The area affected is larger than any European country. I beg to ask how it would have been handled differently-given the fact that Katrina would have wiped out that country.That is how enormous a storm this was.
I went through a cat 5+ hurricane. After such a disaster, you are so exhausted and so "in extremis" that you lose control. Everything that is familiar is simply gone-even in the City here, there were parts that you couldn't tell where houses were and where the street was.
People cannot understand the psychological affect-which the press picked up on and exploited. It took them two days to reach Charleston after Hugo-and we do not have the bayous and swamps that affect the landscape in La, Miss and Ala. that they are dealing with. It took them 5 weeks to restore order here without any of the flooding.That was in 1989. They learned from Hugo how to respond. They learned from Andrew-and they learned more from the hurricanes in Fla. last year. We will learn from this.
Another thing for people to know is that because of the reorganization of the govt. with the terrorism stuff, this was the first time a new system of controls and checks was in place. Parts of it failed-and that was the confusion you witnessed. But one of the things in America's character is that the next time-with Rita-they have already put into place the lessons from Katrina.
America makes mistakes. We screw up. The America bashing with Katrina is causing a backlash here furthering the sentiment for America to withdraw from all the GOOD we do. Withdrawing from the world stage with all our humanitarian aid would be devastating but that is in real danger of happening now.
I hope people understand, if Katrina or Rita cause the damage anticipated to the economy, that this will cause that kind of thinking to be acted on.
I also hope that people understand, being the great country that it is, what will be rebuilt will be better. These people who had nothing before Katrina, will have every advantage. That is why a lot of them will not go back.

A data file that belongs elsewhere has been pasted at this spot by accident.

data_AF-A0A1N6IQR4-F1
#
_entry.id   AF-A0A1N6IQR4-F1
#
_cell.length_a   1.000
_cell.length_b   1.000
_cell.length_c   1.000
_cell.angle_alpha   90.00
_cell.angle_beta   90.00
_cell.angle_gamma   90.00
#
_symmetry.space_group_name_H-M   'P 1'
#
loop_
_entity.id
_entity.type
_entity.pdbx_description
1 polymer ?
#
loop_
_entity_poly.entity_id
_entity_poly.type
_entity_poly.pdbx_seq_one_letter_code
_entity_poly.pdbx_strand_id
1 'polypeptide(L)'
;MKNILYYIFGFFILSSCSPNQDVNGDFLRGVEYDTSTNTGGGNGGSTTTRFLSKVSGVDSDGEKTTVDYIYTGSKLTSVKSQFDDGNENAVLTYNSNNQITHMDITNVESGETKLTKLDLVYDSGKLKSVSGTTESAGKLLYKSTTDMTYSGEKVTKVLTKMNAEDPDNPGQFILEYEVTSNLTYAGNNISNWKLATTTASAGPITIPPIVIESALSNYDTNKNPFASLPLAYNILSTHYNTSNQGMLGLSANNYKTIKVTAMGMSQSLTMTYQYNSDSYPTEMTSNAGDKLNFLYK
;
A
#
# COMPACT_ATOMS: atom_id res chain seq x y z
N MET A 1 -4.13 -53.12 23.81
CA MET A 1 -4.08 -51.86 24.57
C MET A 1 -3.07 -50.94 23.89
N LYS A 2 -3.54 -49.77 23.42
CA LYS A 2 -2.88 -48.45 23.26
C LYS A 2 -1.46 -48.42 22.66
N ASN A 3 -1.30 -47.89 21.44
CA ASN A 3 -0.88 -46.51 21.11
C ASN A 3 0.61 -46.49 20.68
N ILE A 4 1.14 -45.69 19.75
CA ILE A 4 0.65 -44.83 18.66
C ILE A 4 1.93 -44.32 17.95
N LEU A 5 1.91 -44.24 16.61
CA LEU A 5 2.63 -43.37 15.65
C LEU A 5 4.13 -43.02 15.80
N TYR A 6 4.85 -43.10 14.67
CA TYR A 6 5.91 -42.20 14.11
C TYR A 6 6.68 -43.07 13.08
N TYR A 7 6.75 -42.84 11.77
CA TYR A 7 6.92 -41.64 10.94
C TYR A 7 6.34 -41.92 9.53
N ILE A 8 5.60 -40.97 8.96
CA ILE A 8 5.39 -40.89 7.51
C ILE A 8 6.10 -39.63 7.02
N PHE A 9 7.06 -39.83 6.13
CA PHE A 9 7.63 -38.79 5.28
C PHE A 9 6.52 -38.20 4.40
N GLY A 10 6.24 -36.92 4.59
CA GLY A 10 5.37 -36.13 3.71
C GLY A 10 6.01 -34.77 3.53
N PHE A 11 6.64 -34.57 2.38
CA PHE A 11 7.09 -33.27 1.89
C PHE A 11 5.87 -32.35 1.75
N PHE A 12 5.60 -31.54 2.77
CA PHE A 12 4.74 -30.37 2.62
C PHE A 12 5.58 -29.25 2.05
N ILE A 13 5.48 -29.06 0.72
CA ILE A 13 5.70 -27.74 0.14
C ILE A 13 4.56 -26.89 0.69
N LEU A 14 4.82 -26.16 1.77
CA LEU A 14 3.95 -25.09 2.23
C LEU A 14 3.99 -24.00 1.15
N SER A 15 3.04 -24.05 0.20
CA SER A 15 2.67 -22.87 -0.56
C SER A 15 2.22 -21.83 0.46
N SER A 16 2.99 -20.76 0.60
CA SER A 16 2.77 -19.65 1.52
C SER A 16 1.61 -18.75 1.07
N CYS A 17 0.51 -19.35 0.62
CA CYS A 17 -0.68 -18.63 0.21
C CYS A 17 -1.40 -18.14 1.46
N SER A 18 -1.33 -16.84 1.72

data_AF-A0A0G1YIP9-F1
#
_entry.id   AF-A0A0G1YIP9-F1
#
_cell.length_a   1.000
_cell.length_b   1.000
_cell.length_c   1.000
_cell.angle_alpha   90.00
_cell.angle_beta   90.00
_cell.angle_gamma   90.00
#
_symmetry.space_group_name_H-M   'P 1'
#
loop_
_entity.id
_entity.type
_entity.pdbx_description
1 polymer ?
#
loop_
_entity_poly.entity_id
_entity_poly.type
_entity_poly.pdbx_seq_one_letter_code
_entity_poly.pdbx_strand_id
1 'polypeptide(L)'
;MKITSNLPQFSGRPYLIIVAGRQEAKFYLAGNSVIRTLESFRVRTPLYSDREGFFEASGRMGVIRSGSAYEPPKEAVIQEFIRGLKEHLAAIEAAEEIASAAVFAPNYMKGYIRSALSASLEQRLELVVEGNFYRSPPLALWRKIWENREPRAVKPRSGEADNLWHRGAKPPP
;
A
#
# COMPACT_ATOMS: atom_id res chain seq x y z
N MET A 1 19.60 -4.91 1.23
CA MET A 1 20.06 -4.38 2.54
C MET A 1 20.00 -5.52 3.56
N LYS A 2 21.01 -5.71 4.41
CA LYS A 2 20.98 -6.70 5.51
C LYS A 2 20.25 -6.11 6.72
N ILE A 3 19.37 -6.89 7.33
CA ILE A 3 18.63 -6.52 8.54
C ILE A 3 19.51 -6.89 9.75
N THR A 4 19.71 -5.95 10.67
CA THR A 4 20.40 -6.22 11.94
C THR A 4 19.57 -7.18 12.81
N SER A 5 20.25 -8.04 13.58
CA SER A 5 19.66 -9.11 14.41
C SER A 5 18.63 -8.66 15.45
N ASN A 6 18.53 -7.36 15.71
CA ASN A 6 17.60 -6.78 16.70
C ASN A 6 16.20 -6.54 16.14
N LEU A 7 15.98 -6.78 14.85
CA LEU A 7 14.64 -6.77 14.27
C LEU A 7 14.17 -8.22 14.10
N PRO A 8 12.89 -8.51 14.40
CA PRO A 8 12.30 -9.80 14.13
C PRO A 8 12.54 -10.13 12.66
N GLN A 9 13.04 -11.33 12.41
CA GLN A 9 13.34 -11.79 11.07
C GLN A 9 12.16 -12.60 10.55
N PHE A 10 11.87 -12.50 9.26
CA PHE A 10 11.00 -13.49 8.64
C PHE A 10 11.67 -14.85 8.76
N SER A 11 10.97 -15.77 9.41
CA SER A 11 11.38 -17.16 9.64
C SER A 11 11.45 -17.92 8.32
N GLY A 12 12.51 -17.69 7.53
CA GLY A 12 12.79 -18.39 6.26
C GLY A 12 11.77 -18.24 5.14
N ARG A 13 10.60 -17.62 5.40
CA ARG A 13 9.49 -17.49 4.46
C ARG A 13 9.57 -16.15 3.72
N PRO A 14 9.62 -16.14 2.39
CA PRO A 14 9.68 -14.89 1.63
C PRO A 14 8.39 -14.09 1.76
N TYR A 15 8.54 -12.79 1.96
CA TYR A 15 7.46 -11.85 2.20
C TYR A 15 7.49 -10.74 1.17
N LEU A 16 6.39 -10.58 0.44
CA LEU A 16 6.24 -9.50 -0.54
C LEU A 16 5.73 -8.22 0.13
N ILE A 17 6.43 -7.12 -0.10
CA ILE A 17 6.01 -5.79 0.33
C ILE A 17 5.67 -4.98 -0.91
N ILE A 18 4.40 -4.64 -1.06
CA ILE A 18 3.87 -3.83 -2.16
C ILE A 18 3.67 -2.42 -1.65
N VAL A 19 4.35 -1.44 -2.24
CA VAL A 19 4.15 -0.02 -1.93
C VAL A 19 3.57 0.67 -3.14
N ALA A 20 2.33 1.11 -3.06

I am sorry for my soap box, but I had two emails from people overseas making jokes about it this morning. I am prepared when I get there to deal with the sentiment. I will be patient and listen and then gently answer if it is called for. My country is suffering.
We have been there for everyone else in the world. The world would be a terribly dark and sad place without us.
Sorry to unload. but thanks for listening.
We had a staff day on Cumbrae yesterday. The team said they spotted a guy in a purple shirt with a pectoral cross on the ferry going over- I missed him! I wonder if he was one of the Scottish bishops? Perhaps he will read this and let us know, if only to clear up the mystery?
Anyway, it was a good day of planning, praying and we had a sumptuous lunch at Fraser's Bar in Millport. Apple Caramel 'Granny' to die for......
Then, last night, we had the church monthly praise and prayer. Roly and Adam did a brilliant job at leading, and I got to share a few things on my mind that we need to pray about (namely- unity, protection, property and the need for more good young people's workers). A good turnout again. A time for quiet reflection as well as worship in song.
Almighty and eternal God,
who created us in Thy image and bade us to seek after all that is good, true and beautiful,
especially in the divine person of Thy only-begotten Son,
our Lord Jesus Christ,
grant we beseech Thee that,*
during our journeys through the internet we will direct our hands and eyes only to that which is pleasing to Thee
and treat with charity and patience all those souls whom we encounter. Through Christ our Lord.
Found by my friend, Philip, and amended for those of a less catholic persuasion. Omitted from original at * 'through the intercession of Saint Isadore,
bishop and doctor'
Catholic Online saints and angels - St Isadore.